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Determinants of Medical Costs Following A Diagnosis of Depression

March 2001 (Revised from April 2000). Objective: Assess the determinants of medical costs for depressed individuals. Method: Using medical insurance claims for a population of depressed individuals with employer provided insurance, we estimated multivariate models of the costs for general medical care, exclusive of costs for mental health services, following diagnosis. Explanatory variables included provider choice (psychiatrist or non-physician mental health specialist), treatment choice (medication, psychotherapy, or combination treatment); treatment adequacy as defined by APA guidelines; characteristics of depression symptoms and severity; and other demographic characteristics. Results: On average, there were increases in the costs for general medical services in the year following diagnosis of a depressive disorder. The increases in general medical costs were slightly higher when depressed persons received a treatment for depression when compared to those who did not receive a treatment for depression. Among those treated, there was no significant difference between those who received an adequate course of treatment when compared with those who did not. Significant predictors of high medical costs following diagnosis included choice of a non-psychiatrist as the initial provider, high pre-period medical costs, and several measures of severity. Conclusions: Our findings suggest that a diagnosis of depression is associated with increases in costs for general medical care. These increases are more modest when care is initially provided by a psychiatrist.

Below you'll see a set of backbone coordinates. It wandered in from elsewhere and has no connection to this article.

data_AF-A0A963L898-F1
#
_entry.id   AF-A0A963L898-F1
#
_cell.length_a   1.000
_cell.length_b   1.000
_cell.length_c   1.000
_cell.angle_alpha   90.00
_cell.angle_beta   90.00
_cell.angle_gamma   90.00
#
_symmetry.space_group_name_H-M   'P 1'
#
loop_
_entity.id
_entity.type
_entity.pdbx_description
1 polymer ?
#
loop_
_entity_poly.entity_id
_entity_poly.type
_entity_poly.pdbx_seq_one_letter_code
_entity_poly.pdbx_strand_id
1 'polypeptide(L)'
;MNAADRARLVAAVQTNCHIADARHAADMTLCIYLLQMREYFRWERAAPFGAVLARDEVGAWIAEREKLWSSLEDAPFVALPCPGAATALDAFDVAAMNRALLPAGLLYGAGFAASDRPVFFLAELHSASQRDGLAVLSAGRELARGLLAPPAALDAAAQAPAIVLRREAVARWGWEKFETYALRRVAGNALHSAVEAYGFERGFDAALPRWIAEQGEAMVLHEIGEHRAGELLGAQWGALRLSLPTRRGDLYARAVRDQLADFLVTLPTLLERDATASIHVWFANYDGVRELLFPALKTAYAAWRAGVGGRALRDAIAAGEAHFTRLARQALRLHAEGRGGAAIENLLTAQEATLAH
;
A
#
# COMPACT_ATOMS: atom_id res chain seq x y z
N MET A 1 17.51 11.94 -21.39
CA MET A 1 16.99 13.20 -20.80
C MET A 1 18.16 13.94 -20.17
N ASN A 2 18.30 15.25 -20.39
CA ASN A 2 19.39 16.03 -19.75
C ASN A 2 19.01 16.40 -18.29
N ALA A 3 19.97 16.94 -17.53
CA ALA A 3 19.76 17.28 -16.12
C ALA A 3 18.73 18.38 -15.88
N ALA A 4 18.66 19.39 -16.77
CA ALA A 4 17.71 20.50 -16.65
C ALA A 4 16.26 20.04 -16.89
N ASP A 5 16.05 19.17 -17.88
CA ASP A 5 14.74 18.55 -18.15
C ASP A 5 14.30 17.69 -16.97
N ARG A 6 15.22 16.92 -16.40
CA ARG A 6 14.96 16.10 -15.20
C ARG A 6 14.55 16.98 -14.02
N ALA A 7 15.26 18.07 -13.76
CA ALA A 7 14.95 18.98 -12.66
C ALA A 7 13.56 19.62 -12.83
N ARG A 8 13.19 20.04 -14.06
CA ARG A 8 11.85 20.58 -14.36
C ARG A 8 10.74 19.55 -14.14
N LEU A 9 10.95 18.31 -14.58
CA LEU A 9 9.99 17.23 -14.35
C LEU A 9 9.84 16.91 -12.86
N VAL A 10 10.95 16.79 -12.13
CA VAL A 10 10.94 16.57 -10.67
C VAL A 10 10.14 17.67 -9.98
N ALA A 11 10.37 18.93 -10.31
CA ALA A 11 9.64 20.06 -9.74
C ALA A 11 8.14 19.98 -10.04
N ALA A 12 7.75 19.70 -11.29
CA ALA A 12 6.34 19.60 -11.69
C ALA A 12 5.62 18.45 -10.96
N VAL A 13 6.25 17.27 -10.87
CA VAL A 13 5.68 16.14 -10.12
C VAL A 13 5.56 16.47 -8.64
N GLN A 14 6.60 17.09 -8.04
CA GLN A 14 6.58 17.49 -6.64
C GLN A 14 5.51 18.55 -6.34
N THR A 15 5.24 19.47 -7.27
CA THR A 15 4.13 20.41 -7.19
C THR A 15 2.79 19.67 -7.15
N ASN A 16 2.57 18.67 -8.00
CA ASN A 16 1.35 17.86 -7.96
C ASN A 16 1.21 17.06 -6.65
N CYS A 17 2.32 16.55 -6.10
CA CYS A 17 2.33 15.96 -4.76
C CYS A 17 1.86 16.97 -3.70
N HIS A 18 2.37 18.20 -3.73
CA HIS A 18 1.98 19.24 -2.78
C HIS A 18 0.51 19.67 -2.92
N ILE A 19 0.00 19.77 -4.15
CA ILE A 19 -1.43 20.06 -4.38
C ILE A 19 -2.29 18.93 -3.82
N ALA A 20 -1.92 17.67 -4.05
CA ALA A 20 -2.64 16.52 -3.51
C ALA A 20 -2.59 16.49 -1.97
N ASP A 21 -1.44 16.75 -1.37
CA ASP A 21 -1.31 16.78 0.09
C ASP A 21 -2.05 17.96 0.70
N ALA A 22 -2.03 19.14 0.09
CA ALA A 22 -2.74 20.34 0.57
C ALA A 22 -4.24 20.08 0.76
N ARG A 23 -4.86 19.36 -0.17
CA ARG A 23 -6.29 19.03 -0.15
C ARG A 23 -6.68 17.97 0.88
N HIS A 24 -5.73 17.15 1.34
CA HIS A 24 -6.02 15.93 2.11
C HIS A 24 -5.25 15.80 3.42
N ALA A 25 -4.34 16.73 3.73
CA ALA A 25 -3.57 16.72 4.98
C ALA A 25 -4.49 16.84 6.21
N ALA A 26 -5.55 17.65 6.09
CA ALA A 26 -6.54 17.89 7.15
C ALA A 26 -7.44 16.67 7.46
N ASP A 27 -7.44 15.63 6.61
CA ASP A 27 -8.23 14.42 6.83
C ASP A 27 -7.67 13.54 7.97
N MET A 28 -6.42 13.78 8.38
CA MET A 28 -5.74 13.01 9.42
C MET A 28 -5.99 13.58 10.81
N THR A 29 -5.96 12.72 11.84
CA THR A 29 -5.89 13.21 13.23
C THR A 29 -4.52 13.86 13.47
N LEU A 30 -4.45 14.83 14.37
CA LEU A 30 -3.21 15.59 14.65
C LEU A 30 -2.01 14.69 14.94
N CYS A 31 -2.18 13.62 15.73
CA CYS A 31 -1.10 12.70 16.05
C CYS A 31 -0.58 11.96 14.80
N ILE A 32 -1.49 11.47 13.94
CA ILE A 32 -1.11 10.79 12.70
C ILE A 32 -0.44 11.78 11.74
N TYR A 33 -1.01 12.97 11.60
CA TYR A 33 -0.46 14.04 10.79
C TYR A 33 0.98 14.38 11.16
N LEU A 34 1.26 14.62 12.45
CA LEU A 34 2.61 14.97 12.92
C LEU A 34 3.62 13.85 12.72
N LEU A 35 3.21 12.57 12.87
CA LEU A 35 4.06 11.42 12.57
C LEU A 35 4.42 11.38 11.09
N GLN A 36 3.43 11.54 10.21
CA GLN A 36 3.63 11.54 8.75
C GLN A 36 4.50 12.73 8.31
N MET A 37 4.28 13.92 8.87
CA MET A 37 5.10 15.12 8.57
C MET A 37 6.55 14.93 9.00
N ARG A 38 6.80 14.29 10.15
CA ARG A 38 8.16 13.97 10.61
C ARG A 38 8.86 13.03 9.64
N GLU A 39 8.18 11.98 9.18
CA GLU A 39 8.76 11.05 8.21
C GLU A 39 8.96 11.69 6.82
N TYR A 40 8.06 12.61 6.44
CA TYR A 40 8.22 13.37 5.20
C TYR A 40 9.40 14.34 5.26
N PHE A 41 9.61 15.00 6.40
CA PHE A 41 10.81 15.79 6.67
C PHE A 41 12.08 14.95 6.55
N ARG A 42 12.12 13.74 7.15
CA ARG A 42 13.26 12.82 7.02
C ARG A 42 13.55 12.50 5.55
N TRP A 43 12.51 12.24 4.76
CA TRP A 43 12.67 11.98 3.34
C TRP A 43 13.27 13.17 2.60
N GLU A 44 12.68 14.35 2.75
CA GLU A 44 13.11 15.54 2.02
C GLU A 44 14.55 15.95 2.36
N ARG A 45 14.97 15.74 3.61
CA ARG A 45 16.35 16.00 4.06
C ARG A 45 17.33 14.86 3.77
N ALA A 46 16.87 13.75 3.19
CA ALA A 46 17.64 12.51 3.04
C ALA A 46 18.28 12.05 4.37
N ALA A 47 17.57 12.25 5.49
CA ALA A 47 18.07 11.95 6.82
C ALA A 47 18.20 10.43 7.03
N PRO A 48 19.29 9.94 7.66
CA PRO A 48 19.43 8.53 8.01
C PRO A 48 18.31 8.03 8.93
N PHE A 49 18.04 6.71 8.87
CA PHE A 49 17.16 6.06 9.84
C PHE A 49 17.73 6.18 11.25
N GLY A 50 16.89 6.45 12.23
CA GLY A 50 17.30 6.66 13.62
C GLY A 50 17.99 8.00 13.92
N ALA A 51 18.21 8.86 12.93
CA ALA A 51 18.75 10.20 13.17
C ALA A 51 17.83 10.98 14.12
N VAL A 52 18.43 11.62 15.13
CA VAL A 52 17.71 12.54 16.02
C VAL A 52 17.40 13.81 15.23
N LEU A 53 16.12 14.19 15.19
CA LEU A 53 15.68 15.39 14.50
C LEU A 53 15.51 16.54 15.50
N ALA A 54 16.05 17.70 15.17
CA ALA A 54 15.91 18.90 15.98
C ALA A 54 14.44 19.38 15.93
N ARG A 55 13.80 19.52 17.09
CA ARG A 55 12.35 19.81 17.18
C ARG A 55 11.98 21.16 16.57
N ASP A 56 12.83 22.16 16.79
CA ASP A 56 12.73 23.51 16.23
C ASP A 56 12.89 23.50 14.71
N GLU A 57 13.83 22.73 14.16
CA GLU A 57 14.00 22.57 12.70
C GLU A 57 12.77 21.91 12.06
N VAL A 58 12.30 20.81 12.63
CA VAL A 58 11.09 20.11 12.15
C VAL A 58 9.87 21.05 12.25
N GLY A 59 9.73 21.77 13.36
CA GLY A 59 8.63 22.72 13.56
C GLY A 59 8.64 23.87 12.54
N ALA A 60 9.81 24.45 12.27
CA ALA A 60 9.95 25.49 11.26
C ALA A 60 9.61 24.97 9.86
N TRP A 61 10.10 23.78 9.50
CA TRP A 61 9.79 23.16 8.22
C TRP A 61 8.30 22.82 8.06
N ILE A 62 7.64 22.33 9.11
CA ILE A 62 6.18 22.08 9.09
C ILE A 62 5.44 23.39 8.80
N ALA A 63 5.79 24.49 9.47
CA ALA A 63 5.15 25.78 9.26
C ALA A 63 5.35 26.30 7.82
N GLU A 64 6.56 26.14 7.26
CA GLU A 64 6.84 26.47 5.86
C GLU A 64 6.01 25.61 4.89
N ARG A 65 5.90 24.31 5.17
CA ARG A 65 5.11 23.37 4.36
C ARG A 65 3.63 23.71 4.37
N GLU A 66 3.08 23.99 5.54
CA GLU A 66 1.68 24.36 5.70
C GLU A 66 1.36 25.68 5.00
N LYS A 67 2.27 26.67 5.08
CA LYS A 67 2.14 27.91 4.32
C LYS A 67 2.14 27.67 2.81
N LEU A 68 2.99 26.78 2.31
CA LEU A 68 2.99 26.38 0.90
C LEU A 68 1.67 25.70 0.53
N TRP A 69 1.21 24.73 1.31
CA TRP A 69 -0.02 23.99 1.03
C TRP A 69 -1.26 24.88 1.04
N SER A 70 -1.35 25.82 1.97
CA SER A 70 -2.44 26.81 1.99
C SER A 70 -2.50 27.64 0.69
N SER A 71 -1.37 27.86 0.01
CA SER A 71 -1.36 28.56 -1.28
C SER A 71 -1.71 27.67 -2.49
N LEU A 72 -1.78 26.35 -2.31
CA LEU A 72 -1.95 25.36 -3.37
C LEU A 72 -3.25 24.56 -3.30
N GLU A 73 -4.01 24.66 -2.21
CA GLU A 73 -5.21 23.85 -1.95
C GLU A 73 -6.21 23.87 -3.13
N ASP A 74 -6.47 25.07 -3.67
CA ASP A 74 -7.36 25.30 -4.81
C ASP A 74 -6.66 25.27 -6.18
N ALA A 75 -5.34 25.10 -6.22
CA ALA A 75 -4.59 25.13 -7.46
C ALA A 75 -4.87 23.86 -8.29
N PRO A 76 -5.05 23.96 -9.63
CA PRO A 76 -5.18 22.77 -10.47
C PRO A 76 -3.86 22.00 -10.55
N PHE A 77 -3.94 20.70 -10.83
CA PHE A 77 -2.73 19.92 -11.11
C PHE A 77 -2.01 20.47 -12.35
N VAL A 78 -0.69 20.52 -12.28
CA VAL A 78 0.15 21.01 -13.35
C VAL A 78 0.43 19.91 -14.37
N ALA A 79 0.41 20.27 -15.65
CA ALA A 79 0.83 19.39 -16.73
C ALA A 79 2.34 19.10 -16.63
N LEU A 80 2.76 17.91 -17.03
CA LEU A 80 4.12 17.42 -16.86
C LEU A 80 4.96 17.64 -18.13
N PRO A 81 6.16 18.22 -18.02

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Paper provided by Center for Policy Research, Maxwell School, Syracuse University in its series Center for Policy Research Working Papers with number 22.

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Length: 45 pages
Date of creation: Apr 2000
Handle: RePEc:max:cprwps:22
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